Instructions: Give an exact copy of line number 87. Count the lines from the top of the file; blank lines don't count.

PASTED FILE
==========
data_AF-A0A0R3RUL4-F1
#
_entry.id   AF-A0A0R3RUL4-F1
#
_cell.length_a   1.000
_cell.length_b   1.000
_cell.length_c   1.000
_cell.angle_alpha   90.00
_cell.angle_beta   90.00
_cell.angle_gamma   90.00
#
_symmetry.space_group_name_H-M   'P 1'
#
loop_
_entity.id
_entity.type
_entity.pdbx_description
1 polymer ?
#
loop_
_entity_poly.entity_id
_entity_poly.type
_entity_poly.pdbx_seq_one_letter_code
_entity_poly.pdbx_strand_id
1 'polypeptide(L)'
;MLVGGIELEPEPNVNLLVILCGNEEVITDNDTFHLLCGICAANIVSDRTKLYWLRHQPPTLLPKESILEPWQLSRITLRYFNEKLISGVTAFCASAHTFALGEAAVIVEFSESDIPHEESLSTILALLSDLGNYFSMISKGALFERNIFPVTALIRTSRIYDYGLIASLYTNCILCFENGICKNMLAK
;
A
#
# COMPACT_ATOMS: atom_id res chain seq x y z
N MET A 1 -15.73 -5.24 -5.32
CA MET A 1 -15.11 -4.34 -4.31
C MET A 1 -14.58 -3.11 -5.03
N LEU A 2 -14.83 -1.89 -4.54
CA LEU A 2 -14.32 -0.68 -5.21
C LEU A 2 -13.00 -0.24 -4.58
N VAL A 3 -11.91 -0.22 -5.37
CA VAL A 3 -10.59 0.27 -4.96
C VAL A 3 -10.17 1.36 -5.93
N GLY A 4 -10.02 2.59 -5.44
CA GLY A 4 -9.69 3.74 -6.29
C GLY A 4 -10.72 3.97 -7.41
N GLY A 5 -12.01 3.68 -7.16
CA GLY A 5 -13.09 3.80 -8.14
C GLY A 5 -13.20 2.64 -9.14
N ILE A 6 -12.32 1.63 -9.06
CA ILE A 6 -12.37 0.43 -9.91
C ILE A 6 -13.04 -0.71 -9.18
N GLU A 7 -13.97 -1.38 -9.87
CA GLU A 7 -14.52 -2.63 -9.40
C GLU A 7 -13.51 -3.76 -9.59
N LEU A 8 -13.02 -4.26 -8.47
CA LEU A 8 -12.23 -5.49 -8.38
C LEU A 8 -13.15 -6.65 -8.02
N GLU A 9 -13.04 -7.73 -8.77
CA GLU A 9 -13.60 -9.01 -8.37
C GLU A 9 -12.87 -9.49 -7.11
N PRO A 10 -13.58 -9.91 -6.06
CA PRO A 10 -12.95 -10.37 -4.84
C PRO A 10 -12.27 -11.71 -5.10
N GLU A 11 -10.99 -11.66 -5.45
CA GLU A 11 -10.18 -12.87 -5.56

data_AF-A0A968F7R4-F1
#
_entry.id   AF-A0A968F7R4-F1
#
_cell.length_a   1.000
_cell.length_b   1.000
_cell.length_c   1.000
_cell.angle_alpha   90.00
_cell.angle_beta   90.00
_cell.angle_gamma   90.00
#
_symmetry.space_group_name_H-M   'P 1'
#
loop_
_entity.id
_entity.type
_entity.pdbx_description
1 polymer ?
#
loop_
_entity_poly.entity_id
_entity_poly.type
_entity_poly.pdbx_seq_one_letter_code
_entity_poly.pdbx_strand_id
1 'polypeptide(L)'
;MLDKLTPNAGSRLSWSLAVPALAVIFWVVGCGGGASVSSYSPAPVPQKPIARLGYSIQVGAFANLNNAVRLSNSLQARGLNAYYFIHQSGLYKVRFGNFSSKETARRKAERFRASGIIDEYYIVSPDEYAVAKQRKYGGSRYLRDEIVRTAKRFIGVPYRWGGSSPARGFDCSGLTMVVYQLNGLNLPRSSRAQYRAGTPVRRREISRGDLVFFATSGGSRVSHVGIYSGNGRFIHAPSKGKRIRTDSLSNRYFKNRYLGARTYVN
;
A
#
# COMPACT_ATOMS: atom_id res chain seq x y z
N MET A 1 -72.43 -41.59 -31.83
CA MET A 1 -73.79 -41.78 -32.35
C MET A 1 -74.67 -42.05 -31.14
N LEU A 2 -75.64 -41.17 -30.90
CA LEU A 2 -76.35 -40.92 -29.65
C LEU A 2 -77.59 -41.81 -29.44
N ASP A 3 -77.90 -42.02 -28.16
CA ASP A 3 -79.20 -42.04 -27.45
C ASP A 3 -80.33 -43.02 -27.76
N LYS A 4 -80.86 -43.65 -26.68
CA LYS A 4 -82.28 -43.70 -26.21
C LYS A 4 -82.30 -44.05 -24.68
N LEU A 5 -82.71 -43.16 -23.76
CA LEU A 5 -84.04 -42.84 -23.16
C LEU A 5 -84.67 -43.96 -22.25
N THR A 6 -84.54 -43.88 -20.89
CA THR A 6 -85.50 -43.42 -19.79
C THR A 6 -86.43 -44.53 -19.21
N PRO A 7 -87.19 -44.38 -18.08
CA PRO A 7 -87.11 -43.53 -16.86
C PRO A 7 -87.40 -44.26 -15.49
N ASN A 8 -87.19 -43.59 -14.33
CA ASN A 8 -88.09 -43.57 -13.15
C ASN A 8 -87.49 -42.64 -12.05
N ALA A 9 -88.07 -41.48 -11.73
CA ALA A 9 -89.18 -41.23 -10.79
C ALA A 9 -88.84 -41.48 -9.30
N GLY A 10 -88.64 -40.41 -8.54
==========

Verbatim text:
1 'polypeptide(L)'